The underlying large-scale investigation into melting of alpha-contaminated steel from nuclear facilities aims at demonstrating the feasibility of the unrestricted reuse of such radwaste within legal limits.
The work programme will be based on the results and experience obtained on melting of radwaste in former research contracts within the second EC programme on Decommissioning (1984-88), especially contract FI1D0044 with Siemens AG and contract FI1D0016 with Siempelkamp Giesserei GmbH.
Start with laboratory-scale melts to identify the most suitable crucible material and slag, then large-scale melts with subsequent detailed analysis of the prevailing alpha-distribution in and between steel, slag and filter dust.
Based on the foregoing results, large-scale melts with about 100 t of uranium and plutonium contaminated material from Siemens fuel fabrication will be carried out and finally, using 2 large-scale melts of plutonium and thorium contaminated steel waste (5 t), it will be assessed how these alpha-emitters behave.
It is anticipated that extensive testing and radiological measurements will enable the assessment that alpha-contaminated steel can be conditioned by melting for safe unrestricted reuse and that the melting plant can be operated safely also with respect to radiation protection of workers and the environment of the foundry, with special consideration of the arising slag and filter dust. In particular, the generation of specific data on costs, working hours and job doses as well as on the amount of created secondary waste is considered as an important objective of this project.
The specific contamination of the treated radwaste is estimated to be in the range of up to 200 Bq/g (alpha/beta) and the anticipated fission product inventory for large-scale melting is estimated at about 200 g of uranium-235 and 1 g of plutonium. Expected dose rates in the controlled melting area are in the order of magnitude of up to 0.1 mGy/h.
Work will be executed in close co-operation between Siemens AG, KWU Erlangen (Siemens) acting as coordinator and Siempelkamp Giesserei (SG).
The large scale investigation into melting of alpha contaminated steel from nuclear facilities aims at demonstrating the feasibility of the unrestricted reuse of such radwaste within legal limits.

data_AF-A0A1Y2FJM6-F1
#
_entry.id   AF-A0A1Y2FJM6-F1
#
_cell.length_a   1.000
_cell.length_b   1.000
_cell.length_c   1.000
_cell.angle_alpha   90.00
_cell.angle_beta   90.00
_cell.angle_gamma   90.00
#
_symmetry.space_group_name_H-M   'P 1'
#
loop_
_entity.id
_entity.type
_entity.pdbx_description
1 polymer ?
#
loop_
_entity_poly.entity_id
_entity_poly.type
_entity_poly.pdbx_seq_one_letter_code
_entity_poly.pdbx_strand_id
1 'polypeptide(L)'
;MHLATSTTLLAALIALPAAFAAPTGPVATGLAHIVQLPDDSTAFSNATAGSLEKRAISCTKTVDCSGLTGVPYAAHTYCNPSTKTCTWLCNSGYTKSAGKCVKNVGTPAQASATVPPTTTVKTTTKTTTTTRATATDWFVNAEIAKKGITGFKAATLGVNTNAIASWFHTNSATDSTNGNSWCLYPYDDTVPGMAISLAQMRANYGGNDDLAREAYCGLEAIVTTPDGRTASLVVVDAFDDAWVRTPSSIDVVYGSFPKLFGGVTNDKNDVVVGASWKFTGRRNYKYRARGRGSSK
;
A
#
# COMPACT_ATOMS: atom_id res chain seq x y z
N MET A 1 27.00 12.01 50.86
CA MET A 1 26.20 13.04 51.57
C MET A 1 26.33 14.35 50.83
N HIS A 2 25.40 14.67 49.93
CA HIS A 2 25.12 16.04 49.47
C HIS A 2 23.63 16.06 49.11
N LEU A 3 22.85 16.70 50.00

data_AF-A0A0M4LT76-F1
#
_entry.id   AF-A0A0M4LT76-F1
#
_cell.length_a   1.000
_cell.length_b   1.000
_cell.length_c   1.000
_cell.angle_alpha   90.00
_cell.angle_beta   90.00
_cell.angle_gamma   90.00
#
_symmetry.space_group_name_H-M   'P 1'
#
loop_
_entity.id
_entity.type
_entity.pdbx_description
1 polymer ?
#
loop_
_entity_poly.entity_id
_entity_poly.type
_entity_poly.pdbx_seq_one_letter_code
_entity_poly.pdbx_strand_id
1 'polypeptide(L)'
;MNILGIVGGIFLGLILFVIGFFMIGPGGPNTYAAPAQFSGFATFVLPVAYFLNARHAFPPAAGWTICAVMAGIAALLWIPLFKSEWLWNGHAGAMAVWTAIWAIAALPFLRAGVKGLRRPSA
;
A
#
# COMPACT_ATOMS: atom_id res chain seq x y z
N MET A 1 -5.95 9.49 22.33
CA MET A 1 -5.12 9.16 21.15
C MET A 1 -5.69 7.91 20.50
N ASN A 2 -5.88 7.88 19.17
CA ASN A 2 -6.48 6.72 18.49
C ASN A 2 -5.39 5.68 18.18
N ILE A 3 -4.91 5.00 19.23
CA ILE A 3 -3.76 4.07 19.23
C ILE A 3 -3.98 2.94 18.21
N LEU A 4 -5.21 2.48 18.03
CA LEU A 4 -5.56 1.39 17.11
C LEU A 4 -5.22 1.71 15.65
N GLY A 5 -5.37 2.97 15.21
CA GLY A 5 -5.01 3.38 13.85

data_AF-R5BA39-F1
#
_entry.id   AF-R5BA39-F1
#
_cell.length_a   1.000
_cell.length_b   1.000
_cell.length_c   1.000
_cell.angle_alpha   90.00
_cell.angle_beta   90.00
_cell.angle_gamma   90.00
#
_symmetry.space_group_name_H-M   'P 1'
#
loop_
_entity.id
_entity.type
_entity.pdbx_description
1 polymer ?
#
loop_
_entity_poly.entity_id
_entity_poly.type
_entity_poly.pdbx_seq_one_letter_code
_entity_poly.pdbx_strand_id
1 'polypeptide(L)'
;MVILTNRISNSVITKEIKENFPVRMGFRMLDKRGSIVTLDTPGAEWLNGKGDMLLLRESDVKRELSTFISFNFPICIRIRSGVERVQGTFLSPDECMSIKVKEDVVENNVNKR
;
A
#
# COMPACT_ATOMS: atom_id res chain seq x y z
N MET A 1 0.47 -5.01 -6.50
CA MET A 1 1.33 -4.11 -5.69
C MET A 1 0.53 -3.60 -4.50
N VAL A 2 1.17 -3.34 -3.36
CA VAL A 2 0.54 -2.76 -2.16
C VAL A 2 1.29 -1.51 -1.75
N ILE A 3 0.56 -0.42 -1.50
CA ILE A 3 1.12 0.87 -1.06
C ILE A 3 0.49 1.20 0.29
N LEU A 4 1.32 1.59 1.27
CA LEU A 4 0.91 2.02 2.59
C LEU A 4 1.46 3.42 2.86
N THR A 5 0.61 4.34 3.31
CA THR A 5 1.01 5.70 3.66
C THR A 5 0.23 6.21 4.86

Laboratory scale melts aimed at identifying the most suitable crucible material and slag former will be followed by large scale melts with subsequent detailed analysis of the prevailing alpha distribution between steel, slag and filter dust.
The delivery of 100 t of material for the melting campaign has been completed. The melting approval has been given but the permit for the handling of the radioactive substances for the residual materials due to nuclear fuel concentration has not yet been obtained from the authorities. The test programme for the performance of the trials has been elaborated and must still be coordinated with the authorities. The experimental equipment for the melting of steel scrap was installed and tested. The main components are the electrical power supply unit and the inductively heated furnace.
1. Identification of appropriate materials for crucible and slag formers and procurement of U, Th and Pu containing radwaste samples (SG)
2. Installation of an induction-heated laboratory furnace and execution of reference tests with non-radioactive materials (Siemens)
3. Laboratory-scale melting tests with uranium, thorium and plutonium contaminated steel (selection of materials for crucible lining and slag formers) (Siemens)
4. Procurement of uranium and plutonium contaminated material (Siemens) and thorium contaminated material (KEMA)
5. Pilot melting tests aimed at determining the uranium (alpha)-content in ingot, slag and filter system (SG, Siemens)
6. Main melting programme of about 100 t of uranium and plutonium contaminated radwaste with subsequent alpha-content determination in each ingot, slag and filter dust (SG)
7. Execution of two large-scale melts with Pu and Th-contaminated steel (SG)
8. Determination of the alpha-distribution in the crucible material (Siemens)
9. Generation of specific data on costs, radioactive job doses, working time and secondary waste arisings, derived from the execution of items 2 and 6.
Fields of science
Call for proposalData not available
Funding SchemeCSC - Cost-sharing contracts
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